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Dave Lund
Jul 20

The First Modern Zombie Slayer

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Neil Cohen
Jul 19

The Father of Nightmares

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J. Rudolph
Jul 18

Godspeed, Mr. Romero

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C.L. Hernandez
Jul 17

That's Not REAL Magic!

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SP Durnin
Jul 17

In Memory of George A. Romero

Giving Thanks . . . For Nightmares

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Thanksgiving is a strange middle-child holiday, sadly lacking in both the horror-show cachet of big brother Halloween and the candy cane magic of little sister Christmas. Established as a day to express gratitude for one’s blessings—in remembrance of a historical event of dubious authenticity—Thanksgiving has devolved in recent years into a day for gluttonous overeating, football, and diving into the annual consumer frenzy madness. I only enjoy one of those things (gluttony is easily one of my top three favorite deadly sins) but I do like to take a moment to say thanks for the things I’m grateful for.

Like these messed-up dreams in my head.

My first novel, The Black Monkey, published earlier this year by Permuted Press, came to me in such a dream. That’s not completely unusual. Throughout my life, I’ve been fascinated by dreams and dream-related phenomena, and have been blessed with a very vivid dream-life. (With the associated curse of equally vivid nightmares.) Almost everything I’ve ever written has some connection to a dream I’ve had. Sometimes a plot point or a line of dialogue, but more usually just an image.

The Black Monkey, though, came to me fully formed.

The “actual” dream was brief and very simple. Little more than an image itself. I saw a young African-American kid, about ten years old, alone in the woods on a cold pre-dawn morning. (This was a rare “third person” dream where I was not a participant within the dream, only an observer.) The kid was terrified by something I could not see, something horrifying that was coming for him.

In the dream, I knew what was coming for the kid. I also knew that it was something he had created himself. I knew why he had created it. I even knew how.

I emerged from the dream into a very rare hypnopopic state. I was not fully awake, but I was completely lucid. The story took shape in my semi-consciousness, as clearly and easily as if I was sitting in a theater, watching it unfold on a movie screen.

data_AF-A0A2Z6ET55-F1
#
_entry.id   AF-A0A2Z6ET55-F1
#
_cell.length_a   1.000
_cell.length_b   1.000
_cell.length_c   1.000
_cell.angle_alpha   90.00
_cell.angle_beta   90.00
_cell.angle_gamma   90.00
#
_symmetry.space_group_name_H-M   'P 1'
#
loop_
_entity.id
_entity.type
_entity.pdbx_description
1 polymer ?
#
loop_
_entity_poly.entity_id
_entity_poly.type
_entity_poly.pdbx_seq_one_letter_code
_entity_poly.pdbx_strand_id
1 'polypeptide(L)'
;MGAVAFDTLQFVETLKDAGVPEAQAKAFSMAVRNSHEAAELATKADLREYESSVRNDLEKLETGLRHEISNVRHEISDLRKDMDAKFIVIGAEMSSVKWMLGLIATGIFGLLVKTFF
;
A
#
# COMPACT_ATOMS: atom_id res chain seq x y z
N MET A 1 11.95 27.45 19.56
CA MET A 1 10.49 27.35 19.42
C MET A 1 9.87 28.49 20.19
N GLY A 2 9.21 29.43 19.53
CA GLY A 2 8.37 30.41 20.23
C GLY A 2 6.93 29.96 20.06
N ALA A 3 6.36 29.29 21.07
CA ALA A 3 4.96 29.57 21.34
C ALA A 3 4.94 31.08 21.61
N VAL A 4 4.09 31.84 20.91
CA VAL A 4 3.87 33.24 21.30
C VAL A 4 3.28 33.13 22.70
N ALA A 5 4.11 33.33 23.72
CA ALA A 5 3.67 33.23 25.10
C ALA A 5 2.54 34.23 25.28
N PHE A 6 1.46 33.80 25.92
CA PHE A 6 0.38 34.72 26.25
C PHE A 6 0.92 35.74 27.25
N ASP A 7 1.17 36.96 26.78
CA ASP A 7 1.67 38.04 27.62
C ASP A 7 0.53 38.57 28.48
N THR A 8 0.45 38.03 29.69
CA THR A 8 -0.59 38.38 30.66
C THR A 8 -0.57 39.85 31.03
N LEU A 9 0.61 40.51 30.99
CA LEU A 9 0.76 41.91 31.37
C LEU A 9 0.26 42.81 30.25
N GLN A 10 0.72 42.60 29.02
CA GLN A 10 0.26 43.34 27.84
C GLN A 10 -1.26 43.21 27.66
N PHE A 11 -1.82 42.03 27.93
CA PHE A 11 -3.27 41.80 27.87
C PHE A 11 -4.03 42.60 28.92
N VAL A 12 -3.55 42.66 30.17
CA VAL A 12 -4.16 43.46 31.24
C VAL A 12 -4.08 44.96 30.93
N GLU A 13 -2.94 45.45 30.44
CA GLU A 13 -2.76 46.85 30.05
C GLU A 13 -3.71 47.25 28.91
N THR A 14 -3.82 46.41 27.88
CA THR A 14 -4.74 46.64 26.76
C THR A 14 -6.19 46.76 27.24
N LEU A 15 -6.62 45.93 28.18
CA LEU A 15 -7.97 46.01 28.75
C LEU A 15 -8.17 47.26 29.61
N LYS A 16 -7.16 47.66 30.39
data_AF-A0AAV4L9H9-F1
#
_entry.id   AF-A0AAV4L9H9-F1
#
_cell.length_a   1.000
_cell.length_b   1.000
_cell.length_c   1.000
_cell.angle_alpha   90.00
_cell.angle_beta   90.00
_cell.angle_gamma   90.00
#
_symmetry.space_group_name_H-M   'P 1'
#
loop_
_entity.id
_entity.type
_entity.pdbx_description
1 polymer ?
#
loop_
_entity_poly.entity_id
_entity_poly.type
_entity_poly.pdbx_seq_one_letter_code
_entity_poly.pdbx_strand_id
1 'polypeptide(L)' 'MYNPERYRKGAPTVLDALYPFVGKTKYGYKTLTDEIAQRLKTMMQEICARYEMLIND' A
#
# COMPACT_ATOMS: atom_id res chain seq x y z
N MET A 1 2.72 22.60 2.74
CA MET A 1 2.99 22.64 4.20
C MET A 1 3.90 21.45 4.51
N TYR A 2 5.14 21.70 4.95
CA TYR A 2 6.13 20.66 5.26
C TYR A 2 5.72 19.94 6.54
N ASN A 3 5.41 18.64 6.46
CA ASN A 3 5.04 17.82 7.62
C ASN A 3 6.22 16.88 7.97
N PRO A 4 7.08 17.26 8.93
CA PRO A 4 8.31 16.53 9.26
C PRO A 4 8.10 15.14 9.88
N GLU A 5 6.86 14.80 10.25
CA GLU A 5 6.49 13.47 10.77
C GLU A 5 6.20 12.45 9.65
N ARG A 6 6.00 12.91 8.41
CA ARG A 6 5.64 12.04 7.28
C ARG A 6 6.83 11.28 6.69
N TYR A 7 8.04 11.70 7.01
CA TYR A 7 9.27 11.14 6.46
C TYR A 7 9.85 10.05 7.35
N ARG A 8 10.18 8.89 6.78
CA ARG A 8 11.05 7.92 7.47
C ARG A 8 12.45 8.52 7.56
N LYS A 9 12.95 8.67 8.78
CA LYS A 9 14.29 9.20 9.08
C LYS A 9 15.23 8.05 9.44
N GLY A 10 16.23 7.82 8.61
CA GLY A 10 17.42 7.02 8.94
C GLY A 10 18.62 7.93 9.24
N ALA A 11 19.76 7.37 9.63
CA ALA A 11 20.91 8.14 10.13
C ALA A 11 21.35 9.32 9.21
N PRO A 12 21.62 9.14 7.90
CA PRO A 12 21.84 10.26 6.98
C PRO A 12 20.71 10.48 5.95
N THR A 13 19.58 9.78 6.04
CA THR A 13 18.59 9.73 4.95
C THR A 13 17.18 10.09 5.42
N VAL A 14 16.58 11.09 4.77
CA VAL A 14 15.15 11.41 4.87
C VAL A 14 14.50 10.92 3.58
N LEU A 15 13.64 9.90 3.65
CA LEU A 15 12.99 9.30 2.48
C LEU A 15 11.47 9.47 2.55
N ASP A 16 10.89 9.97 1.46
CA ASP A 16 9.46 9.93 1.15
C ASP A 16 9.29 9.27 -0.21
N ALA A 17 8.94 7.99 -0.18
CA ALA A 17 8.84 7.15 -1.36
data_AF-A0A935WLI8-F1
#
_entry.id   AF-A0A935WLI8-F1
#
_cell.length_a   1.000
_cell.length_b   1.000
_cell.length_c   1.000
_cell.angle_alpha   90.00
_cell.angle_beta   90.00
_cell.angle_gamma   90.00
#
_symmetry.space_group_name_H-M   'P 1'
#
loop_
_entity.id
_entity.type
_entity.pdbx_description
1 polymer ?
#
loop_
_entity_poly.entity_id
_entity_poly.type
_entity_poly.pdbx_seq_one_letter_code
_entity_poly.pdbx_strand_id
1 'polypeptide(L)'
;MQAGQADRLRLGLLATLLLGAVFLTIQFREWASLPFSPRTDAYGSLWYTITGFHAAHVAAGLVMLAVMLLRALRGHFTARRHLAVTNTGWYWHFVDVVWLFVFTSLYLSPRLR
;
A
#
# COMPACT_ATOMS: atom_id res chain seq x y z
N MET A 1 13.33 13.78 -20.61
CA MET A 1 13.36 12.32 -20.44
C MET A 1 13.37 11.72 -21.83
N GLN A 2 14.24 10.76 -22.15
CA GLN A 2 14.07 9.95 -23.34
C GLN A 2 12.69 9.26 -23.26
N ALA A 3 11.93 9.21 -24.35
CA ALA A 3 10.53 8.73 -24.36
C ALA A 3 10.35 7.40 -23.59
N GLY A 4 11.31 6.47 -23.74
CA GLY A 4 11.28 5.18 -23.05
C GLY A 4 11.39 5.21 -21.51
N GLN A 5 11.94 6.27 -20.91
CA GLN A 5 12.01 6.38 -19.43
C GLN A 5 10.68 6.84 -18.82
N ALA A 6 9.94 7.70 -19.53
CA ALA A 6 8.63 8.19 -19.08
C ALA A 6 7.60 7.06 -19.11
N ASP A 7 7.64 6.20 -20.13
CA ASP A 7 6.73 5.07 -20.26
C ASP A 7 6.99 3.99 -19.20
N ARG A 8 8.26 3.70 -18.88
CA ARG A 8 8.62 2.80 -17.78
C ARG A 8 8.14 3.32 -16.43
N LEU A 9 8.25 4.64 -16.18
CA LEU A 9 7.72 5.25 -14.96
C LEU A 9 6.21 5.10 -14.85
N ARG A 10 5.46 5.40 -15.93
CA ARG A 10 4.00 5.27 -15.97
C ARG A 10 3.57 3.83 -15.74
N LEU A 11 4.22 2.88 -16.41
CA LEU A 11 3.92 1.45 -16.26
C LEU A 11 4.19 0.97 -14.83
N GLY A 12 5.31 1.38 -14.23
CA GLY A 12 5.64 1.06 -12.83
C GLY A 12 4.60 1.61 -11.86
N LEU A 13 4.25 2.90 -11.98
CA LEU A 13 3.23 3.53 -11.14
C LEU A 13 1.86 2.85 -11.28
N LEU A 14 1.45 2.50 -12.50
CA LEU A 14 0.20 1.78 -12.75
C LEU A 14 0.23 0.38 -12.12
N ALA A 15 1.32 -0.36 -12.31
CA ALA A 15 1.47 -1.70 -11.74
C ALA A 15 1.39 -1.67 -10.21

It was the most extraordinary experience of my creative life.

This is the story I “received”: The children in a small Illinois town have gathered in the same harvested cornfield every Halloween night for longer than anyone can remember. Here they enact a strange ceremony in which a sock monkey is buried along with handfuls of sacrificial trick-or-treat candy. The ritual has become just an excuse for partying and making out, the true meaning long forgotten. But then the little town becomes the hunting ground of a monstrous serial killer who preys upon children. When the adults can’t catch the murderer, the children resort to the dark magic of the monkey.

The concept was spawned from such an obscure corner of my consciousness that it was almost as if it came from some alien place. I actually feel a little dishonest taking full credit for it. (I will cash the certain-to-be-exorbitant royalty checks, though.) To this day, I have been unable to replicate the experience. If there was a pill or a supplement I could take to induce that state, I’d do so in a heartbeat. Yoga, hypnosis, trance meditation, whatever. Hell, I’d sacrifice hamsters under the full moon on the Feast of St. Crispin if I thought it would work.

The second book in the series, Bloody Bloody Bakersfield (out December 1 from Permuted Press) is my attempt to honor that original etheric transmission by dealing more explicitly with dream phenomena. The story follows the (surviving) child characters from the first book, now adults, as they return to their possibly cursed hometown. Bakersfield, Illinois, is a Midwestern halfway-point between Twin Peaks and Castle Rock, Maine. A mysterious sleepwalking sickness ravages the community, causing its sufferers to enact their strangest and most violent dreams. As Bakersfield descends into chaos, a shadowy government agency quarantines the town, isolating the community as it is consumed by the mystery disease. Amidst the surreal anarchy, failed horror writer Mark Davies comes to suspect that the inexplicable epidemic may be connected to the events of twenty years prior.

Bloody Bloody Bakersfield is a very different book from The Black Monkey. Abandoning the child’s-eye view of the first novel, the second one is more adult, more explicit. The Black Monkey is constructed around suspense and mounting dread. Bloody Bloody Bakersfield is more balls-to-the-wall mayhem, with a dose of dark humor. I hope you’ll check them both out.

Thanksgiving is not a holiday usually associated with horror, but this year I plan to bar my doors and windows against the Black Friday zombies and eagerly await what visions may come in my white-wine-and-tryptophan delirium. With any luck, I’ll conceive my next novel that way.